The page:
Memnoon: Blessing The One Who Is Asked

Heather Schlessman
424 words, 8K views, 7 comments

One of the keys to a happier life is doing only what you want to do. We have been taught that is being selfish. That teaching comes from thousands of years of developing a domination over society. We have been taught to do things out of fear of punishment or desire for reward because that is how domination occurs. So it’s going to be a struggle to push against that ingrained teaching and start to live life from the energy of memnoon.

Memnoon is a request that blesses the one who is asked. That takes a moment to sink in. In other words what someone is requesting of me is something that I want to do, and is actually a gift to me. You are giving me a gift by asking me to do something. That’s how much I want to do it. It’s like someone said, “would you do me a favor and take the day off and do whatever you want?” Yes! [...]

The hardest thing about saying no, is telling ourselves stories about what others will say. We tell ourselves they will think less of us because we’re not doing what we’re supposed to do.

We have two choices. We can either spend some time figuring out how to see that situation in such a way that we would be coming out of the energy of memnoon, or we can give ourselves empathy that we can’t get to that spot and the best we can do is to say no.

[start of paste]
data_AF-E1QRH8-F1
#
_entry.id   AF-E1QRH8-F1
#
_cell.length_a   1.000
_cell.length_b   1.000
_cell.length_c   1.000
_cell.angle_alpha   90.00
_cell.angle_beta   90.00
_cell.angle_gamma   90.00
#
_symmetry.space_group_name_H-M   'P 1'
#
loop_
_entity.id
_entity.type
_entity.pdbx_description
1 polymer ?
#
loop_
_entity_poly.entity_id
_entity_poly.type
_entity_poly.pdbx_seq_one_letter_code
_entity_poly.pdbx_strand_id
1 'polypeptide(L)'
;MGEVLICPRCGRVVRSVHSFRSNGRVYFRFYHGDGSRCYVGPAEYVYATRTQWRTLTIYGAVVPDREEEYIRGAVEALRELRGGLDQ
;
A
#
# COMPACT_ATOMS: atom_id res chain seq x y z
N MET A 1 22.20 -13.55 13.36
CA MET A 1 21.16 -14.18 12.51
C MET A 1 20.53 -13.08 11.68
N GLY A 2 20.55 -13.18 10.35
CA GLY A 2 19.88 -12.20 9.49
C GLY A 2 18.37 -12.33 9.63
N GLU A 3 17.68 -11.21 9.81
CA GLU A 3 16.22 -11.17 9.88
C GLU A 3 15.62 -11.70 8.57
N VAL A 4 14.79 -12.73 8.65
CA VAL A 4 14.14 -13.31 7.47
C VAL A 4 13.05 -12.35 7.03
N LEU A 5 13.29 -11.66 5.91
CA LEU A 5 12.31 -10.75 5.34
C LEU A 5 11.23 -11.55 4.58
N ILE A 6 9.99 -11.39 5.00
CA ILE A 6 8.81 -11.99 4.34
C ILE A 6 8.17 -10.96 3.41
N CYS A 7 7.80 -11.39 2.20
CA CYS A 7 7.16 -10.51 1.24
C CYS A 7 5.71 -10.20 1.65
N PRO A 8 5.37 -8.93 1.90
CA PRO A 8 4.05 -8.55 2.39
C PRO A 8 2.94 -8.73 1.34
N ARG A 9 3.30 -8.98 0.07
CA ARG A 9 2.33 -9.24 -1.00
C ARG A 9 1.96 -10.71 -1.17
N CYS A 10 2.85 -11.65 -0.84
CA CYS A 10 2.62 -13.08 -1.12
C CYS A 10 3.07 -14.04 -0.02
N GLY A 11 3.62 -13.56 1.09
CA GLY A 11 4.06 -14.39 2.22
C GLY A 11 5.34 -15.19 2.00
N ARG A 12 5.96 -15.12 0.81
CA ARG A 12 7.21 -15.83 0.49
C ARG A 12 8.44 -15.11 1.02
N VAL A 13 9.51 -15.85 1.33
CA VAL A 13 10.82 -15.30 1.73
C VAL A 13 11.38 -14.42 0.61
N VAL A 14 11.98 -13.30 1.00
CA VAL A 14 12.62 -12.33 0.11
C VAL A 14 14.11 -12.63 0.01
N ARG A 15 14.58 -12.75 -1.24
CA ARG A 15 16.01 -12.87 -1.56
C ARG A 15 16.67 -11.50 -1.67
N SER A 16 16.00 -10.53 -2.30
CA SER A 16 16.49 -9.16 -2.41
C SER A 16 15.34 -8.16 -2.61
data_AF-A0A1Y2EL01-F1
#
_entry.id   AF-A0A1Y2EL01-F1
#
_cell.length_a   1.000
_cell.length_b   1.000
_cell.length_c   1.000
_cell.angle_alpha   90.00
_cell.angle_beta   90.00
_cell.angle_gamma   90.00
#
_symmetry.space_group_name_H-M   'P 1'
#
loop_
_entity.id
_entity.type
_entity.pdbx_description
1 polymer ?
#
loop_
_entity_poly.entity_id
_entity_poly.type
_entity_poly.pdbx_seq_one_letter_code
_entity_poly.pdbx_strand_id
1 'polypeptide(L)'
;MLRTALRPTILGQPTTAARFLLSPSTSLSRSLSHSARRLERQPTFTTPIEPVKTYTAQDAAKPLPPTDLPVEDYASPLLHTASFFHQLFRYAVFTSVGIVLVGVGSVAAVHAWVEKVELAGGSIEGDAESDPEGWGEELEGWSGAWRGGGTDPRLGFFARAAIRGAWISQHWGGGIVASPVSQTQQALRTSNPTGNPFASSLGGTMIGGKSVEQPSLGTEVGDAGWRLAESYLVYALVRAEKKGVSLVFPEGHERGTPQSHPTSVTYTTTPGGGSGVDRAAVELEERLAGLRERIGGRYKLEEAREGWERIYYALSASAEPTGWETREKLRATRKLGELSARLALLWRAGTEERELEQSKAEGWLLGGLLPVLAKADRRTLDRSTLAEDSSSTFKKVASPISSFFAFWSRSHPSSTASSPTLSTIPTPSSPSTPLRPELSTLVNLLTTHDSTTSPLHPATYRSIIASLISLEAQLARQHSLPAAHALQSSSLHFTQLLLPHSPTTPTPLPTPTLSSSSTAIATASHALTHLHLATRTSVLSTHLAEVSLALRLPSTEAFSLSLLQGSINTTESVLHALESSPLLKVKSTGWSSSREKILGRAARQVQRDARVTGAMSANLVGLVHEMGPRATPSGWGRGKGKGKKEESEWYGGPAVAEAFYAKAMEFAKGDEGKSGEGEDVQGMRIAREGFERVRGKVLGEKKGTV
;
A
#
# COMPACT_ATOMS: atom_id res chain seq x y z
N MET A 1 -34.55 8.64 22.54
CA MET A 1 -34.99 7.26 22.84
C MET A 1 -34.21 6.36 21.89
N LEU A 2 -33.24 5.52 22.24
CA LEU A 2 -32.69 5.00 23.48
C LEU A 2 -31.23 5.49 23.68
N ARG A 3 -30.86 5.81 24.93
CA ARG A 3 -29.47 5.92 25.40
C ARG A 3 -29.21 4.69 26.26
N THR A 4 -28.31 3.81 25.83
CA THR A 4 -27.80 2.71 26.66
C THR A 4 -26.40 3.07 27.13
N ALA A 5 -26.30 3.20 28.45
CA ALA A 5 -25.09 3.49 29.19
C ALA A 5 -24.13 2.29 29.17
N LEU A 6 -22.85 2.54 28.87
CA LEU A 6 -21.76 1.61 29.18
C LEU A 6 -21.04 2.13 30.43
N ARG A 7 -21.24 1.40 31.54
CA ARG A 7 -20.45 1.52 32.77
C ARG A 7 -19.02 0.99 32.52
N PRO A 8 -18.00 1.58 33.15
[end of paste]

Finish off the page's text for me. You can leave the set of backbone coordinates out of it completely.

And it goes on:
There is something freeing in giving ourselves empathy about it. Anytime we do something because we are supposed to, we are sending out an energy that is not life affirming. We tell ourselves that if everybody said no to things they don’t want to do, no one would give to anyone. But this is the biggest lie. Our greatest need is to contribute to others.

When we give ourselves the power and freedom to only give out of memnoon we discover how joyful it can be. We want to give more and more. Imagine a little child throwing fish food into a koi pond; the joy of watching the fish swirl and pounce on the food. That’s the joy we want to have giving to others. When we can find that in any situation, the giving becomes a gift.


Excerpt from an article in Los Angeles Post Examiner.